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Creating a STEM Ecosystem | Teaching STEM in Southeast Asia – Part 3

MH 5 Part 3 panellists - website

In the final session of our three-part series on Teaching STEM in Southeast Asia, we invited three distinguished educators from across the region in a discussion on Creating a STEM Ecosystem.

Series moderator Dr Frederick Talaue, Associate Professor at the Department of Science Education, De La Salle University opened the discussion with five key questions about forging partnerships in STEM education: What makes a robust ecosystem that fosters STEM education? How are partnerships forged and sustained with schools and other stakeholders? What partnership models will result in mutual benefits for all stakeholders? What are the ways we can evaluate the benefit of STEM programmes? And, can STEM education be used as a space to address issues of environmental and social justice?

Continuing last session’s discussions on developing and supporting STEM teachers, our speakers touched on the importance of building institutional partnerships to prioritise teacher training for relevant and robust STEM education. Dr Pornpun Waitayangkoon, Director of the SEAMEO Regional Centre for STEM Education (SEAMEO STEM-ED), shared how the SEAMEO STEM Education Professionals Academy provides training to pre-service and in-service teachers, as well as education leaders to build up their knowledge of integrating STEM into the classroom and instructional leadership to build a STEM culture in their schools. Similarly, Dr Sheryl Lyn C. Monterola, Director of the National Institute for Science and Mathematics Education Development (NISMED) in the Philippines, shared the benefits of industry immersion programmes for STEM teachers, such as the STEM Teaching Factory. Through touring a local pharmaceutical manufacturing plant and interaction with the plant staff, senior high school teachers gain a first-hand understanding of the skills needed by the STEM industry, and take home unique experiments used in the industry adapted for the classroom.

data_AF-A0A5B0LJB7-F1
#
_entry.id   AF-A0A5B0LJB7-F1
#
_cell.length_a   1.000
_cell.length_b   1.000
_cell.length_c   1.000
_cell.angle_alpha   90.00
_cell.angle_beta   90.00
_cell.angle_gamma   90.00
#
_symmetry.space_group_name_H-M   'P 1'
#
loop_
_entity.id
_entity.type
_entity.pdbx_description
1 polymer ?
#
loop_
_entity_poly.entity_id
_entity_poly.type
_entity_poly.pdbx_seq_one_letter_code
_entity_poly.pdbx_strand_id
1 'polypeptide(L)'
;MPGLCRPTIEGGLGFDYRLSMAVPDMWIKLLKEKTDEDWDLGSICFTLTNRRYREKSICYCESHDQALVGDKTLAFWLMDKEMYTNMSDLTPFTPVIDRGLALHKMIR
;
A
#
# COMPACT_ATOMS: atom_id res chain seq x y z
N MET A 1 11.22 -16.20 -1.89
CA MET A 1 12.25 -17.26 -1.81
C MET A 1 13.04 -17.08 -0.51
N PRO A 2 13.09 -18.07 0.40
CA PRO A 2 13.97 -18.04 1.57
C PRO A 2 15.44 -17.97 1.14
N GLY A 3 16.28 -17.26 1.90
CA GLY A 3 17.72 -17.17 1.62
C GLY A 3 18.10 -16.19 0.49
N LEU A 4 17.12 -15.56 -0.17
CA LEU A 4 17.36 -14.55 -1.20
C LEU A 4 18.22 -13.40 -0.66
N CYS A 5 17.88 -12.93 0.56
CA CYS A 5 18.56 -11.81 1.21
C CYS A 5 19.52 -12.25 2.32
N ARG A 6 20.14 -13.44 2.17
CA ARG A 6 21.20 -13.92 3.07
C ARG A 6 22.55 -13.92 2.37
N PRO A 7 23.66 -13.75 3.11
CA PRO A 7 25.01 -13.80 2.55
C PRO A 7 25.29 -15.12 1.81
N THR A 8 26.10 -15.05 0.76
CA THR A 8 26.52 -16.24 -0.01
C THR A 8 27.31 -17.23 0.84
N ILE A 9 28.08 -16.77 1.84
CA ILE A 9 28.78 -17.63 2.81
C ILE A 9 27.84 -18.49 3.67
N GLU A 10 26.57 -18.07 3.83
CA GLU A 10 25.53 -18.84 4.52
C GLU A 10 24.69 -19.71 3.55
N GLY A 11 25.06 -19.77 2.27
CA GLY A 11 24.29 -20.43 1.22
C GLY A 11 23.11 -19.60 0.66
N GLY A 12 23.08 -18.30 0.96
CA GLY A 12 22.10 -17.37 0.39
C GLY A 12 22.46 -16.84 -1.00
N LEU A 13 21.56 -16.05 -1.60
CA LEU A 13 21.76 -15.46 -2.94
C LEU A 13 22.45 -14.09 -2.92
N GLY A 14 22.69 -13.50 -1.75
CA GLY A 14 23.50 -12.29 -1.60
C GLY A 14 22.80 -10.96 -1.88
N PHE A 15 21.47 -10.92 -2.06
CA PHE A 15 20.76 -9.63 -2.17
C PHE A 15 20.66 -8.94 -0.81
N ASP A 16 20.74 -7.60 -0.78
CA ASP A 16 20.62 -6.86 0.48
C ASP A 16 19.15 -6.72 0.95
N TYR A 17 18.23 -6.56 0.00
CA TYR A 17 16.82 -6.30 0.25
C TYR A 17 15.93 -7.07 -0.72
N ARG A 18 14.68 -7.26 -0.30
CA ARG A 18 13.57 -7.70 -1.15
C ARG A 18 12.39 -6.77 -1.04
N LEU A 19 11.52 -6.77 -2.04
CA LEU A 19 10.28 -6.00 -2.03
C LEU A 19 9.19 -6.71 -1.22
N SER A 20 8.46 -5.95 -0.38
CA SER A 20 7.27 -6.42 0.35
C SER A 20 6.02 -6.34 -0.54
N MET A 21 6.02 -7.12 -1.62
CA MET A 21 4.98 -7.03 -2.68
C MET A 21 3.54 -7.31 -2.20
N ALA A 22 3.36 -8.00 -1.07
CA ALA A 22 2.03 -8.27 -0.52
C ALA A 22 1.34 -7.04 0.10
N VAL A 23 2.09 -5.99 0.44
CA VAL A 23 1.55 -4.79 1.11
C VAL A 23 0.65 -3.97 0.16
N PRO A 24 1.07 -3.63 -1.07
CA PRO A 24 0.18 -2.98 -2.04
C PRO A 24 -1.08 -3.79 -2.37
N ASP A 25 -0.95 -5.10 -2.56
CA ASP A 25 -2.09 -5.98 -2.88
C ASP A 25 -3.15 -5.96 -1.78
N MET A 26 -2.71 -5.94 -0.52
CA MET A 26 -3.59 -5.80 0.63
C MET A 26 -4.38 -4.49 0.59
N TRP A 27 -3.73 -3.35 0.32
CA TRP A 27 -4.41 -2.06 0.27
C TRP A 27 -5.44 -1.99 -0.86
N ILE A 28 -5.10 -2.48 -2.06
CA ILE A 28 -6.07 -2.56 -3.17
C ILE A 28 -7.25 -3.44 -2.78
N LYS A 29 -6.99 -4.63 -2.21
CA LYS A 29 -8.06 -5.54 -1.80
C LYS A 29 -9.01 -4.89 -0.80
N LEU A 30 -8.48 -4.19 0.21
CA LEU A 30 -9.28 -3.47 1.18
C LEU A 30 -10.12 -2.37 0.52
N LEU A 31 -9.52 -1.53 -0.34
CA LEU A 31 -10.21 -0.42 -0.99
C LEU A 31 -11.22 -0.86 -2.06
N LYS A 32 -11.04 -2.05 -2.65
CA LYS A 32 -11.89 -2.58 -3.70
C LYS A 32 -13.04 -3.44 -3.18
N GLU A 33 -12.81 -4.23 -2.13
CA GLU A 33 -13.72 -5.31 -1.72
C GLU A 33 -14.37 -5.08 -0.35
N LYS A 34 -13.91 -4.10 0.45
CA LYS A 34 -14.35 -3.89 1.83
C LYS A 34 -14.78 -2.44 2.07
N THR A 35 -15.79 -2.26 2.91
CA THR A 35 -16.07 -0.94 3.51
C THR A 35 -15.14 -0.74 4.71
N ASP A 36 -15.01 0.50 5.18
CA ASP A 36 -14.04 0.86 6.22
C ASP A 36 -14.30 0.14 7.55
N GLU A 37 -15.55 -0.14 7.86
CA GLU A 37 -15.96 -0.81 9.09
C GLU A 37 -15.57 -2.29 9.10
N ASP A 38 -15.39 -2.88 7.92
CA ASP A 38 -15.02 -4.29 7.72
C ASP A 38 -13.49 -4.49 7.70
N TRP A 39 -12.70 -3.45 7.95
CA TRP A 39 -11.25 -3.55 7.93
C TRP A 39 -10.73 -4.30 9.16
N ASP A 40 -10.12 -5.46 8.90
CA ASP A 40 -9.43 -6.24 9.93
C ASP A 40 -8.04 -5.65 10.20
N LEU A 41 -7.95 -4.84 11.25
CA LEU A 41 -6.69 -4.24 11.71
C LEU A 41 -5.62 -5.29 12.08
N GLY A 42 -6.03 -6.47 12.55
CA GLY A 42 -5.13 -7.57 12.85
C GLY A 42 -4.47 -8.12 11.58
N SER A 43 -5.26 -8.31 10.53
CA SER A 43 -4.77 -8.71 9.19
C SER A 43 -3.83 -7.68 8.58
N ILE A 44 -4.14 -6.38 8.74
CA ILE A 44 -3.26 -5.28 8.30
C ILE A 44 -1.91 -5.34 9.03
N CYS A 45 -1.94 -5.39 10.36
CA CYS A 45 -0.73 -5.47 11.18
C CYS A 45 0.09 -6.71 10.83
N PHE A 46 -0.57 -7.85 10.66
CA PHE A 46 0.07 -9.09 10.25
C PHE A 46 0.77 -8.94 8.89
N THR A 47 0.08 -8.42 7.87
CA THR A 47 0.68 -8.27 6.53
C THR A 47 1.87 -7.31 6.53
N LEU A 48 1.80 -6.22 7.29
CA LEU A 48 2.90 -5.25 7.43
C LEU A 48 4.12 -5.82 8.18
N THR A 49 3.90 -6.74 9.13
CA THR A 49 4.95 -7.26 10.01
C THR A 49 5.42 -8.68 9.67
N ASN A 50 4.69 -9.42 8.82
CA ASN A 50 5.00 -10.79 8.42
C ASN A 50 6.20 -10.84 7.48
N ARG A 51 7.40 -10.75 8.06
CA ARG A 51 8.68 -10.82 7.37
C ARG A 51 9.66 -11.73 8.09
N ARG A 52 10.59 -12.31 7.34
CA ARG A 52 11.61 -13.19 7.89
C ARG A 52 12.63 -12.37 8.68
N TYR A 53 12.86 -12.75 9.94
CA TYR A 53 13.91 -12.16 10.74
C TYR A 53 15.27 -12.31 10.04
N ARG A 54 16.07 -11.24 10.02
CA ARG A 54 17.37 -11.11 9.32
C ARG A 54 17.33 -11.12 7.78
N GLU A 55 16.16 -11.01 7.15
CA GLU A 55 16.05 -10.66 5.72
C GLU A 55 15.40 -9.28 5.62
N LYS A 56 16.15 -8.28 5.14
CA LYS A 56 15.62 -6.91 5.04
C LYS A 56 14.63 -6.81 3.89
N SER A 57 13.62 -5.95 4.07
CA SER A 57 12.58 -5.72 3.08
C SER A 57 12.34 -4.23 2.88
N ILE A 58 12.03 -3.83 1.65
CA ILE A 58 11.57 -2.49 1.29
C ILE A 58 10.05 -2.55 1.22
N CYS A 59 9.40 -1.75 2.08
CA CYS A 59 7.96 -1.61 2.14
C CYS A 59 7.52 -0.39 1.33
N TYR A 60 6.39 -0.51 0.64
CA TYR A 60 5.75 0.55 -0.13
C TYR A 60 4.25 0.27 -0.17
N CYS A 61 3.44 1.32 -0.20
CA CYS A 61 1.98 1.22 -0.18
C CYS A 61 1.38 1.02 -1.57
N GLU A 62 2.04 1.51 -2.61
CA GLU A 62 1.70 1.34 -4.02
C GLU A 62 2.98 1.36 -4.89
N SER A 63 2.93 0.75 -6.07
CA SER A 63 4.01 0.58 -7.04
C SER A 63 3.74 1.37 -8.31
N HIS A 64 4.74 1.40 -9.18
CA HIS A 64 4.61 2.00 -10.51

…STEM education provides a space to address issues of social and environmental justice and uplift the community

Our speakers also touched on the importance and merit of developing industry and community partnerships at every level. Professor Dato’ Dr Noraini Idris, Founder and President of the National STEM Association Malaysia, elaborated on how Malaysia created a robust STEM pipeline to ensure STEM students are funnelled into fulfilling STEM careers. The pipeline involves institutional mentor-mentee programmes, where university students mentor high school students to ignite their interests in STEM, and organising career talks with industry partners. The importance of strong, multi-lateral partnerships to fix the leaky pipeline was echoed by Dr Sheryl, who highlighted the Philippines’ whole-of-system approach of Government-Industry-Education partnerships to create a shared vision for STEM and an integrated STEM agenda. Dr Pornpun reflected a similar ethos in her organisation, with five programmes aimed at developing a robust STEM education impacting students, teachers, education leaders, and even policymakers. Finally, our speakers discussed how STEM education provides a space to address issues of social and environmental justice and uplift the community. Dr Pornpun highlighted how the Centre develops and promotes context-responsive STEM learning resources and learning modules aimed at fulfilling Thailand’s Sustainable Development Goals, as outlined by the United Nations. Modules include Climate Smart Agriculture, Dengue Free Southeast Asia, and Indigenous Knowledge for Mitigating Climate Change, to name a few. As part of her Centre’s STEM in TVET initiative, Dr Sheryl elaborated on programmes to promote gender equity in the field such as Women in STEM, held in partnership with the International Labour Organization. Finally, Dato’ Noraini raised the example of the Mini Theatre STEM project by the Association as a successful attempt at raising the competencies and confidence of STEM students from low-income families through incorporating theatre elements in their project-based learning.

The series concluded with a recap of the three sessions and an open discussion between series moderator Dr Frederick and Mr Vignesh Naidu of The HEAD Foundation on the obstacles and opportunities in teaching STEM in Southeast Asia.

Thank you for joining us for all three sessions, and see you in the next series!

Watch all sessions from this Making HEADway webinar series, Teaching STEM in Southeast Asia.

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